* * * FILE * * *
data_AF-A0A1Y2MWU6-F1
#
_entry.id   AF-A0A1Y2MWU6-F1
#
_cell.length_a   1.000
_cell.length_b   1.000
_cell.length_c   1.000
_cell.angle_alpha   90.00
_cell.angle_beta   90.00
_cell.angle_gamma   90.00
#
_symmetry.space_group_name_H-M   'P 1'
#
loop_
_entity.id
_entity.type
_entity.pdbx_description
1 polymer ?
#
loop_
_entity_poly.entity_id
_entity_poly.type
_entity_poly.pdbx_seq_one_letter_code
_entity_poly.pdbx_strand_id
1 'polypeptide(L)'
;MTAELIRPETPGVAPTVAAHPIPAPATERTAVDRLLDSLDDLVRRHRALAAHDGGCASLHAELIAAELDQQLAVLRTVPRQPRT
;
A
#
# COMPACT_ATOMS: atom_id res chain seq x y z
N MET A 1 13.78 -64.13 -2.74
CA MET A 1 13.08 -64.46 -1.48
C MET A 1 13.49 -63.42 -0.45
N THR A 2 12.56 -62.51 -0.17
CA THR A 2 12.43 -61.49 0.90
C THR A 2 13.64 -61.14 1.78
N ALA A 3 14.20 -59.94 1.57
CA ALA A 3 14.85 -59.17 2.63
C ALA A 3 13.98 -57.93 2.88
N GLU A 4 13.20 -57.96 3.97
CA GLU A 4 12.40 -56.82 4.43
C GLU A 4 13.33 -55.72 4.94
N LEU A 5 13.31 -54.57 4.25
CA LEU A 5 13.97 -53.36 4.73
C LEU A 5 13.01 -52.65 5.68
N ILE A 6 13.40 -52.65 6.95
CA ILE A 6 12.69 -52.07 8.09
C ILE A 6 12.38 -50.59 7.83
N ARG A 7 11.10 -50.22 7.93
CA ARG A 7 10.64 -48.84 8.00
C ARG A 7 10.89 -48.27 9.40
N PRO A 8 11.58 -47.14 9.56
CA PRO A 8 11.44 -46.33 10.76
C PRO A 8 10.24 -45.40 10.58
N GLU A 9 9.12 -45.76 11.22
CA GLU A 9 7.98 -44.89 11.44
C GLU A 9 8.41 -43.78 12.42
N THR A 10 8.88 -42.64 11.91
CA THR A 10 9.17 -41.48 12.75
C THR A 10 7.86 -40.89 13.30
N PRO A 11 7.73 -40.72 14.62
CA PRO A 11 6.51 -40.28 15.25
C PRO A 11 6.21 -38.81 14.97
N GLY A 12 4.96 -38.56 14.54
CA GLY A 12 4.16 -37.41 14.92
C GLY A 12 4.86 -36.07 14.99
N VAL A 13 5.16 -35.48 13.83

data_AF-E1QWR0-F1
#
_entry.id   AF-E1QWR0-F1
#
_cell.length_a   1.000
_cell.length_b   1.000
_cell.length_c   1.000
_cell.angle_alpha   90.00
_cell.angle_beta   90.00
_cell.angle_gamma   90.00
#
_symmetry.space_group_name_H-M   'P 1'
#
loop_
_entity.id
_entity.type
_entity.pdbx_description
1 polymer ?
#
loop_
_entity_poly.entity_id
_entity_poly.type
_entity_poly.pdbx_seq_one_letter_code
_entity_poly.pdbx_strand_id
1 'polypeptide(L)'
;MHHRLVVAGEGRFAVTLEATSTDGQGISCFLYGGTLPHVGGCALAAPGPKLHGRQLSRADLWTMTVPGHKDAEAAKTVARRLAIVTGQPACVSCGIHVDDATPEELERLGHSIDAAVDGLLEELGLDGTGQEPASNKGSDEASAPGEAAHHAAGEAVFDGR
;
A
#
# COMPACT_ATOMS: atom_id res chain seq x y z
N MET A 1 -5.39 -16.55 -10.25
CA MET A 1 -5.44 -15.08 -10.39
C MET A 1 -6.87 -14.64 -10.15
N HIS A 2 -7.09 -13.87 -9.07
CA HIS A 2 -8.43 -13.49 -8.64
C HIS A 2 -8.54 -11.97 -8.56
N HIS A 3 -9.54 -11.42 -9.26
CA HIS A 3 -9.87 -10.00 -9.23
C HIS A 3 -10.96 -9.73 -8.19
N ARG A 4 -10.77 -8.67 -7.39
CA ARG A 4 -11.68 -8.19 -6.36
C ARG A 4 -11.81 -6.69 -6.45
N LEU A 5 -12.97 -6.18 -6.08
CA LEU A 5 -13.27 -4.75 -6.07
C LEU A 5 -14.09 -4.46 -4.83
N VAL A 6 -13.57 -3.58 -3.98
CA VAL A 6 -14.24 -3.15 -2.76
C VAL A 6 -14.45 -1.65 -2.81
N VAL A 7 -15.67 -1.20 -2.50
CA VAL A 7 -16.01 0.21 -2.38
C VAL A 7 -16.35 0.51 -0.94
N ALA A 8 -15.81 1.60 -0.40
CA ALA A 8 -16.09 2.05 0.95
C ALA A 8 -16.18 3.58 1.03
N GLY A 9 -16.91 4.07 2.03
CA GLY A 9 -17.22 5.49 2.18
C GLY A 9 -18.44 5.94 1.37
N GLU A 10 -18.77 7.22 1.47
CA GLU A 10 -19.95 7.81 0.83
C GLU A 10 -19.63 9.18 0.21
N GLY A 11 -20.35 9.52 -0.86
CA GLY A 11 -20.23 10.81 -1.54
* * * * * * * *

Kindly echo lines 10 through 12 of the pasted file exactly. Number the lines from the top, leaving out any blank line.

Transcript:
_cell.angle_gamma   90.00
#
_symmetry.space_group_name_H-M   'P 1'